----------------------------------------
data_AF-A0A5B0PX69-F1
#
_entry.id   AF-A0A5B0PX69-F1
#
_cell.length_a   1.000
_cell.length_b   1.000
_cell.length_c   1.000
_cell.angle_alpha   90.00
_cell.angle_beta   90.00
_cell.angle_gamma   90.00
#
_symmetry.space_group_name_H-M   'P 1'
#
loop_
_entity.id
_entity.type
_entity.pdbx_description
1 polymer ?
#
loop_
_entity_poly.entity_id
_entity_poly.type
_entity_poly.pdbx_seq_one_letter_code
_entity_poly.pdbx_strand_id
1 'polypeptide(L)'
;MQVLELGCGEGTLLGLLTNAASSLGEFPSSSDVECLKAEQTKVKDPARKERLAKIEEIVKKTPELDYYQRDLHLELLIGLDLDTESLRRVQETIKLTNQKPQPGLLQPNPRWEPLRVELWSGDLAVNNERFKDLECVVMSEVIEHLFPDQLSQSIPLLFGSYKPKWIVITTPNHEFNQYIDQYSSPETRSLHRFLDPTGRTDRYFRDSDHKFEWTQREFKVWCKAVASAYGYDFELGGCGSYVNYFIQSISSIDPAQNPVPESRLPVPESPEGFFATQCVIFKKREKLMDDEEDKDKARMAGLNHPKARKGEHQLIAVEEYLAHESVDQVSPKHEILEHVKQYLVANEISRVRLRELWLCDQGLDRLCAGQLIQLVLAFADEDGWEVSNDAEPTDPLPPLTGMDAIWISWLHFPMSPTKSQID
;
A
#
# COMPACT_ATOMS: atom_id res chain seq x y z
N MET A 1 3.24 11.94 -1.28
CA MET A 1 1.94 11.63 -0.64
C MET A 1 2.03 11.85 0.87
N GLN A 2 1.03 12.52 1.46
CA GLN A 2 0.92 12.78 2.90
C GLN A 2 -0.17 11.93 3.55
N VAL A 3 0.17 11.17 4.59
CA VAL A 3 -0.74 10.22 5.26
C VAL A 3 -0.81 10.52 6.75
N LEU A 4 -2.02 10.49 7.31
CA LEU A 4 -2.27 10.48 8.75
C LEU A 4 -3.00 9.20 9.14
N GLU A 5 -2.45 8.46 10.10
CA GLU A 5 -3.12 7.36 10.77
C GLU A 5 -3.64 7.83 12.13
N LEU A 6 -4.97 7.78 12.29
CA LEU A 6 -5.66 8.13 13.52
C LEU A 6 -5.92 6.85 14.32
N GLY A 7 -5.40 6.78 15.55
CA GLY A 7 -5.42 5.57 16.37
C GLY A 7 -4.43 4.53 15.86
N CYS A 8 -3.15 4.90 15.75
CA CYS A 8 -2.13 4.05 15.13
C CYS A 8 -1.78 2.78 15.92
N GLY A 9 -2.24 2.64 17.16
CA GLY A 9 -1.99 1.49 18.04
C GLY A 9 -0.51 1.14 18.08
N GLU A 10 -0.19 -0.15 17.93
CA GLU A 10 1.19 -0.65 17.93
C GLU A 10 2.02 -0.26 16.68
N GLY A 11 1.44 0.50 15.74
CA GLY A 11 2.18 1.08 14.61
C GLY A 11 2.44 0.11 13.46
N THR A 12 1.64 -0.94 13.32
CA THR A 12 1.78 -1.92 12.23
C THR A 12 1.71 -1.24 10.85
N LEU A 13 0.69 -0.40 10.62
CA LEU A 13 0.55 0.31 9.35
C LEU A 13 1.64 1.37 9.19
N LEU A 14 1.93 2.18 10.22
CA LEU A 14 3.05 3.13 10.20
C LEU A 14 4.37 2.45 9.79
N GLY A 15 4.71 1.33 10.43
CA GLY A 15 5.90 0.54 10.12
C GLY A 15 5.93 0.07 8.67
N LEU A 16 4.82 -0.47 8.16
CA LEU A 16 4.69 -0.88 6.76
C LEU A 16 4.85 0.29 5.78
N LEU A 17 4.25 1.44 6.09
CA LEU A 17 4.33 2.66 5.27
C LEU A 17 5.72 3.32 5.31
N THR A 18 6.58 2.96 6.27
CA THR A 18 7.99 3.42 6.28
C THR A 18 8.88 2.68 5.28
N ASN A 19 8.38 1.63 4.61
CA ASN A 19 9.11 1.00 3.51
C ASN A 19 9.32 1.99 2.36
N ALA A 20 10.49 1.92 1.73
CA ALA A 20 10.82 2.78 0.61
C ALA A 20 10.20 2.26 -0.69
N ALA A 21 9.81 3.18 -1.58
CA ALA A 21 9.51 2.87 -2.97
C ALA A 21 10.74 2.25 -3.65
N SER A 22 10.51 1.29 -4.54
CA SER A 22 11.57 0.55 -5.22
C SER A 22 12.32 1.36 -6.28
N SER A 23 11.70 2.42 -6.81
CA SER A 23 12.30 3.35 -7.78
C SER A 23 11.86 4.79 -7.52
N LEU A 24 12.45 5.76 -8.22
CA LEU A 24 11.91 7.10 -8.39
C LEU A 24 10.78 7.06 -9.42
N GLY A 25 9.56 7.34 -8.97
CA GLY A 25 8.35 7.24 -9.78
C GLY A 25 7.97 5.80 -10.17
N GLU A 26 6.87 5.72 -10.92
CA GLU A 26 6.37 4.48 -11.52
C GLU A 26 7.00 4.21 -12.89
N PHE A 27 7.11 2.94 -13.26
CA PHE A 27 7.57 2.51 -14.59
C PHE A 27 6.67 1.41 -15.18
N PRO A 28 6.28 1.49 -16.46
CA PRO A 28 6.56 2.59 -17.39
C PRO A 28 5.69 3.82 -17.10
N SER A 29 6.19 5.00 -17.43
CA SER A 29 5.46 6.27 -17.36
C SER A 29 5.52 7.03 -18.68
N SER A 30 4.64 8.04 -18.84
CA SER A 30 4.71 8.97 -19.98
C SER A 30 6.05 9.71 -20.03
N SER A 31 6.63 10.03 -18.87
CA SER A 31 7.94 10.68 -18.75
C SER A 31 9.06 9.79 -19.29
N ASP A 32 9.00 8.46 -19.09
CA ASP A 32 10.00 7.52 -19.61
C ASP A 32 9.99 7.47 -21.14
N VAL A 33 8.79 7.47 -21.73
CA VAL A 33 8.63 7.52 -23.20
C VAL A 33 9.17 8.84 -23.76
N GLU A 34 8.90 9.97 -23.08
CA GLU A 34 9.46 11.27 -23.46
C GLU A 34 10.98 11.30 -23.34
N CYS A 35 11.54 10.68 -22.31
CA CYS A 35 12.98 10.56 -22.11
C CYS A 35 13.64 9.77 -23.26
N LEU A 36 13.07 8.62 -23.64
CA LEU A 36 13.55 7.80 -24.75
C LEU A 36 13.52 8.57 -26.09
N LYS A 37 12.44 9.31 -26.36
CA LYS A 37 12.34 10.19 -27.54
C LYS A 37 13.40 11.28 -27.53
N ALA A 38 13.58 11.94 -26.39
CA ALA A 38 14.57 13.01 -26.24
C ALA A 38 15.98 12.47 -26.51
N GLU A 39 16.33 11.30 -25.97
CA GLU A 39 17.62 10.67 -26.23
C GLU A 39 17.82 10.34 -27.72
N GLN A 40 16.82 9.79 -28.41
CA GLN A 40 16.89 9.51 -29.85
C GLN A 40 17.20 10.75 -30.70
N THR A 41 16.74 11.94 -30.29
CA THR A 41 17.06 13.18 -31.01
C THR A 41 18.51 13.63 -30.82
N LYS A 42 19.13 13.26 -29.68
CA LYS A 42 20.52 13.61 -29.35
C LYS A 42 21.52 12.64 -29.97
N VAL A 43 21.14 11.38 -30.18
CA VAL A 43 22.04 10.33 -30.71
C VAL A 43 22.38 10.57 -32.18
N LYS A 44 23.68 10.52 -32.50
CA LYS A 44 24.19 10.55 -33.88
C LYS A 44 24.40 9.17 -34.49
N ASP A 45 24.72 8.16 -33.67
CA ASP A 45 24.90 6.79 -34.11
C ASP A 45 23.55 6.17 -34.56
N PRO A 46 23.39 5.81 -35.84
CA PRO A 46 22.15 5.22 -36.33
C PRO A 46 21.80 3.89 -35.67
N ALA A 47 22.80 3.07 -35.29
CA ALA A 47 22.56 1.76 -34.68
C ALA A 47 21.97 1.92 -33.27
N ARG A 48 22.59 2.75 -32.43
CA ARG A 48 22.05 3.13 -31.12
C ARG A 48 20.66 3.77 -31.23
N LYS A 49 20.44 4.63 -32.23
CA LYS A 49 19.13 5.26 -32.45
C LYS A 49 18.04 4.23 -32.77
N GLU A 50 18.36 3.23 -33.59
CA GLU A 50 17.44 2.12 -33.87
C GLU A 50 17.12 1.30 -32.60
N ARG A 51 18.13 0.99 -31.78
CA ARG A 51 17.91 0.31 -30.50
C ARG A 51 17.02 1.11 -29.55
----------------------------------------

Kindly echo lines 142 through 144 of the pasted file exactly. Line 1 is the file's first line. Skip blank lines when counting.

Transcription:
N ALA A 38 13.58 11.94 -26.39
CA ALA A 38 14.57 13.01 -26.24
C ALA A 38 15.98 12.47 -26.51